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From Barnes & NobleThe Barnes & Noble Review
Who is Ted Nancy? What is he after? Just what, exactly, makes this madman tick? The mystery grows each and every day. Letters From a Nut, featuring an introduction by Jerry Seinfeld, was published to massive and instantaneous success. Nancy's preposterous letters — inquiries, requests, compliments, and complaints to corporate VIPS, petty bureaucrats, semicelebrities, and others — and the often even more hilarious (because they were, for the most part, serious) answers, struck a nerve somewhere deep in the sophomoric heart of the American sense of humor. The second collection of Nancy's ridiculous correspondence, More Letters From a Nut, is available, with yet another introduction by Seinfeld, and it begs the question: How long will this go on?
Jerry Seinfeld claims in his introduction not to actually know Ted Nancy. Jerry Seinfeld apologizes to America for having loosed Nancy on the public — he thinks it has all gone a bit too far. Jerry Seinfeld, referring to Nancy as a "micro-brained sociopath," confesses to being afraid of him: "I used to wonder if someday I would find the real Ted L. Nancy. Now I worry that someday he will find me."
However long Ted Nancy will, in fact, be able to keep this up (the volume of letters and responses, when one considers the amount of time in which they were written, would suggest that he does little else with his days), whether or not he will produce a new collection every ten months, and whether he will ever find Jerry Seinfeld all remain to be seen. One thing is certain: Ted L. Nancyhasfound a simple but potent formula for creating humor.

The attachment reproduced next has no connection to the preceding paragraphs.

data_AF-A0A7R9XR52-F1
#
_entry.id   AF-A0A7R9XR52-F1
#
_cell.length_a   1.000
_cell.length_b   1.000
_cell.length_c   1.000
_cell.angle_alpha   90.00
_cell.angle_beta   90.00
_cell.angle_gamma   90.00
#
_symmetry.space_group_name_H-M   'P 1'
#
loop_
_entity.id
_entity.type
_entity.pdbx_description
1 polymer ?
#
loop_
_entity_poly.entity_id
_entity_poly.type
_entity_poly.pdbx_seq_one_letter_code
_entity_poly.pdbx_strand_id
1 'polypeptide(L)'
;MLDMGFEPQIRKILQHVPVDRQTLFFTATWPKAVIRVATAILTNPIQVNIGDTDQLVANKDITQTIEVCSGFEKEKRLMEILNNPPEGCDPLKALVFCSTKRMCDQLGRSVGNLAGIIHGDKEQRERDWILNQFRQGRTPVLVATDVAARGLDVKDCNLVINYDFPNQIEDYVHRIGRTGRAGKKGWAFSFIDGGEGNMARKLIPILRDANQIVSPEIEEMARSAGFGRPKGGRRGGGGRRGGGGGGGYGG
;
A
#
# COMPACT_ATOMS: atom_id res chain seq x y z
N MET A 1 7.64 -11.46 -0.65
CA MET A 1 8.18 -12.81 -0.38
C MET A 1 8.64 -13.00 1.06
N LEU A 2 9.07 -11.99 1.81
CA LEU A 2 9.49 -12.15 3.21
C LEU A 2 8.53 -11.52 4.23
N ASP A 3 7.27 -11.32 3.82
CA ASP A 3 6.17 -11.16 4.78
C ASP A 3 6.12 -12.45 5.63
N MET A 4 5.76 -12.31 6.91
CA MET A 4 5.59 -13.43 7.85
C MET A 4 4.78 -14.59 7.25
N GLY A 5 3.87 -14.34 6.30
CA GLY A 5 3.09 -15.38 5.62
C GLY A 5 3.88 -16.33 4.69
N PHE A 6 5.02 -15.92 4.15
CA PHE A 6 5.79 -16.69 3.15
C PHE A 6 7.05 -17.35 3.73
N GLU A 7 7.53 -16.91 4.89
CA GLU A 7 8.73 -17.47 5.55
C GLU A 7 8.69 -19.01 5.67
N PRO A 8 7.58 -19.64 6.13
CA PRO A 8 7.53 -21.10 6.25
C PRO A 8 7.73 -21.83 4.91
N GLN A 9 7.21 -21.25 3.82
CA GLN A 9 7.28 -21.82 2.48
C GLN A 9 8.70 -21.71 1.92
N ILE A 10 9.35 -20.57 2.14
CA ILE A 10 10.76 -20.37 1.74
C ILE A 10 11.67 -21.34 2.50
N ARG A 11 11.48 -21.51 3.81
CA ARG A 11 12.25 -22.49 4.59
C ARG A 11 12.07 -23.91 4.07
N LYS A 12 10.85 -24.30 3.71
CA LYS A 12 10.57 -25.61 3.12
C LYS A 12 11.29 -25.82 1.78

A sample: This letter is addressed to the Licensing Office, in Billings, Montana:
Dear Licensing Bureau: I will soon open "Nostrils by the Bay — Premier Belgian Cuisine." I will cater to the upscale diners and have dancing, valet parking, and a sketch artist that will draw people while they eat. Please advise on how I get a license. I will erect a 50 foot Nostrils sign where people walk in through openings. It will be the largest free standing Nostrils sign in Montana.
Only Florida has one bigger.
I look forward to hearing from you with my permit information soon. And please stop by and try our new Lions Club Sandwich. The B.L.T. Bacon, lion, and tomato.
Complimentary, of course.
Thank you, Ted L. Nancy
On the adjoining page sits a copy of the reply (on Billings, Montana, County of Yellowstone letterhead). It is a completely straight response by a bureaucratic office to a legitimate request for a food-service establishment license. Nancy's letter is funny because it's crazy. You read it and laugh (ha ha). The letter from the licensing bureau is funny because it's so blah, and you can't imagine that someone would actually take the time to write it. You laugh again (ho ho). Then you get a little confused. You realize that there is something about the juxtaposition of the two letters that hints of an inherent madness — it's not simply in the original loony request, or in the rote response, but in the combination of the two, in the fact that they manage to coexist in a symbiotic relationship and, by extension, in the logistical workings of a society that has allowed them to. Then you laugh again, only harder.
But that might be getting a bit more profound than is called for. Mainly, More Letters From a Nut is good, inane, goofy fun. Ted L. Nancy's comic genius is deranged, sure; but isn't all good genius tinged with insanity? He may be a wacko, but he's probably not really dangerous. Probably.
— Olli Chanoff